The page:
Hiking with a baby turns a little day trip into a bit of a logistical mission. Every trip is like a mini backcountry adventure, requiring planning and some attention to detail. Our little pumpkin needs to be:
– Warm and dry
– Fed and watered
Babywearing in the outdoors requires one to slow down and make sure every foot step is sound. It is an extra challenge to remain mindful of the precious package. Keeping to the easy trails and just focusing on everyone having a good time has been the key for us.
The fundamentals for keeping the baby warm and dry are pretty much the same as for big people; careful use of layers, avoiding over-exertion, and constant monitoring for wet and cold. Don’t over-exert, because it isn’t just you that will get sweaty and cold. So far we’ve found babywearing with a soft carrier works a lot better than a rigid carrier. The close contact really helps keep our little one warm. Cold little hands and feet have been the main thing to watch for. When we stop and the little one comes out of the carrier to play around, she can get cold in a hurry – be ready with a warm layer!
We have yet to do any multi-day trips with our little one. I can’t imagine that she would put up with oatmeal and dried food! We’ll give it a go soon, maybe with a little hut trip. Carrying a load of fresh food into the hills should be a good workout! So far, all that has been required is a nice lunch and some snacks, which is not really much different than any outing around town.
With a toddler, making sure we all have fun is a matter of planning. There needs to be a stop or two on the way where everyone can hang out for a while and the baby can move around. We’ve found that back-carrying works well and we can usually get a good long nap and make a lot of ground. If there is just not enough to look at, and singing songs and playing games won’t cut it, our little one can get restless and want out. This is when it gets hard to make sure everyone is having fun. Sometimes the only solution is a good long halt. Sometimes only mom will do, and she’ll settle down again if she’s snuggled into her mom.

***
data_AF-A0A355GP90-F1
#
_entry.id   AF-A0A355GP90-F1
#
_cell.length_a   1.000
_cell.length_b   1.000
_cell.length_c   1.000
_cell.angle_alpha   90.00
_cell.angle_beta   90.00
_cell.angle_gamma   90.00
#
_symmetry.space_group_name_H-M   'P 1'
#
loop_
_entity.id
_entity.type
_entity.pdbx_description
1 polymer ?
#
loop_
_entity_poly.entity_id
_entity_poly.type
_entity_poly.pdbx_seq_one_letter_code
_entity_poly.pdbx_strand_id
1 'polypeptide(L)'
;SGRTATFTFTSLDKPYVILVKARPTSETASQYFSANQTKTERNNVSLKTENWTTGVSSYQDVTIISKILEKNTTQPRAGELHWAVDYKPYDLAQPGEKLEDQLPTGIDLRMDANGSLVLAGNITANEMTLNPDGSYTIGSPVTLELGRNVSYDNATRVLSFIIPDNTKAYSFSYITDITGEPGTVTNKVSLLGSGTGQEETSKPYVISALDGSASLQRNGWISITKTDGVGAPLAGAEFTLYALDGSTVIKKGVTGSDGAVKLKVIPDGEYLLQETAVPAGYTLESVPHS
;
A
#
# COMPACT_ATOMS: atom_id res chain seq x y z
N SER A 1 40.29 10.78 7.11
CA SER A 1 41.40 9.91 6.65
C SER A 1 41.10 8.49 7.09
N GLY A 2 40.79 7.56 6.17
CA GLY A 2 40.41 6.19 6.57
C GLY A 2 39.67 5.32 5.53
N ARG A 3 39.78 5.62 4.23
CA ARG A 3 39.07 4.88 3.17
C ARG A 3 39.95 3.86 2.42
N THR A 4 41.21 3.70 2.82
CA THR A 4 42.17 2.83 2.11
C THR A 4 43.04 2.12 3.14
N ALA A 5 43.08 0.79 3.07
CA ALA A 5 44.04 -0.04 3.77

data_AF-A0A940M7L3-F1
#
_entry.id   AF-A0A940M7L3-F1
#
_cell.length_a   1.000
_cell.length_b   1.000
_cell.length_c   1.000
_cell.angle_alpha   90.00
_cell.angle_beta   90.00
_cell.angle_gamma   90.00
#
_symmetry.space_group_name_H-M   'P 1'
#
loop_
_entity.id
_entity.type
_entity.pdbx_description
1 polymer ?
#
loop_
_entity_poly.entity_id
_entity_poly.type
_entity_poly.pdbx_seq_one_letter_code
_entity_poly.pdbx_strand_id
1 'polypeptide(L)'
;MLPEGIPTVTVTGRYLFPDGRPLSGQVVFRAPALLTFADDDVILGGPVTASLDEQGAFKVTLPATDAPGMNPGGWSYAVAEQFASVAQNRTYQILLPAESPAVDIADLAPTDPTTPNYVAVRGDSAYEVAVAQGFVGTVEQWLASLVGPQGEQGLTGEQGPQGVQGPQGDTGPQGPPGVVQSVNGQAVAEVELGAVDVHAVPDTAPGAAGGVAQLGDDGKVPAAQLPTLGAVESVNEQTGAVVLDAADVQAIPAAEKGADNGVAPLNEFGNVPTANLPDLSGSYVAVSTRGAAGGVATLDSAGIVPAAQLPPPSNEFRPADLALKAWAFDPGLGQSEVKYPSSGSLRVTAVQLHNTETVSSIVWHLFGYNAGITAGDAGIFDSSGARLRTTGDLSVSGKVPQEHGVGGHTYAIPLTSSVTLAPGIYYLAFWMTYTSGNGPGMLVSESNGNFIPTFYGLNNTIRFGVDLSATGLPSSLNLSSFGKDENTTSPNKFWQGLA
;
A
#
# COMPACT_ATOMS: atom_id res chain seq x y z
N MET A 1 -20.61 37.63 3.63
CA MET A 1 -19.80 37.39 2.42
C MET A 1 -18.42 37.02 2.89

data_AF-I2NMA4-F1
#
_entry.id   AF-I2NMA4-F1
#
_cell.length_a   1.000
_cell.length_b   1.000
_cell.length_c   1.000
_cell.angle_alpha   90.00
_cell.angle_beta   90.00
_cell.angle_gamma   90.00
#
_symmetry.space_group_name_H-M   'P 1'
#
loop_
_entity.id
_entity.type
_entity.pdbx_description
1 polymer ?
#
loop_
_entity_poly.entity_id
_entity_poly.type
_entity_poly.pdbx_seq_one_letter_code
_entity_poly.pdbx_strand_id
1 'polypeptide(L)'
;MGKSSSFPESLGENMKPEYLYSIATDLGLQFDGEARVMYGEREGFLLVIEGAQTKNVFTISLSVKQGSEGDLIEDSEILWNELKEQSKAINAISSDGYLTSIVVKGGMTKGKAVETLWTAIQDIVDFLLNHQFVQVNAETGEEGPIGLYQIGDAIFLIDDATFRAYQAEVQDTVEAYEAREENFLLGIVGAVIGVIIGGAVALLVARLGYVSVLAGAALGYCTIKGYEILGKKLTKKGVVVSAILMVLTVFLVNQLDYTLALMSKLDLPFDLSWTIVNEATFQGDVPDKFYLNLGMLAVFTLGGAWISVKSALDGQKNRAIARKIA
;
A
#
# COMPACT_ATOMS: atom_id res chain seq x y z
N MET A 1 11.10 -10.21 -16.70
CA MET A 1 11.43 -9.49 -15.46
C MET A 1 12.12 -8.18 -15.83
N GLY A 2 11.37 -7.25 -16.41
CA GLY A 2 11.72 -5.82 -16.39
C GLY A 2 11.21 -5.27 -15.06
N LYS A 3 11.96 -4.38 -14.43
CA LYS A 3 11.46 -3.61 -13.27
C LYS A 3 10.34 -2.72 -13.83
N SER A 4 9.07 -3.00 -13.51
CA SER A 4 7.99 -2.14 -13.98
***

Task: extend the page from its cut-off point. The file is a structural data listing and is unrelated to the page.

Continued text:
We’ve had really good luck with some of the local hikes around Vancouver. There are some hidden gems in the rainforest that don’t require a lot of driving, like Brother’s Creek, Lawson Creek, and White Lake that make a nice counterpoint to staples such as Mt Seymour, Grouse Mountain or the Eagle Bluffs. On Remembrance Day we saw a couple on the trail with two small babies and a toddler, making pretty fast work hiking up Lawson Creek. Inspiring stuff, for sure!
Anyhow, we’re in the early days of this adventure, and hoping to work our way into the backcountry again! Trisha built her prototype baby carrier cover for herself, to enable us to do the things we like to do and keep our little bundle warm and dry. Please take a look, as we use it all the time, whether in the city or in the woods.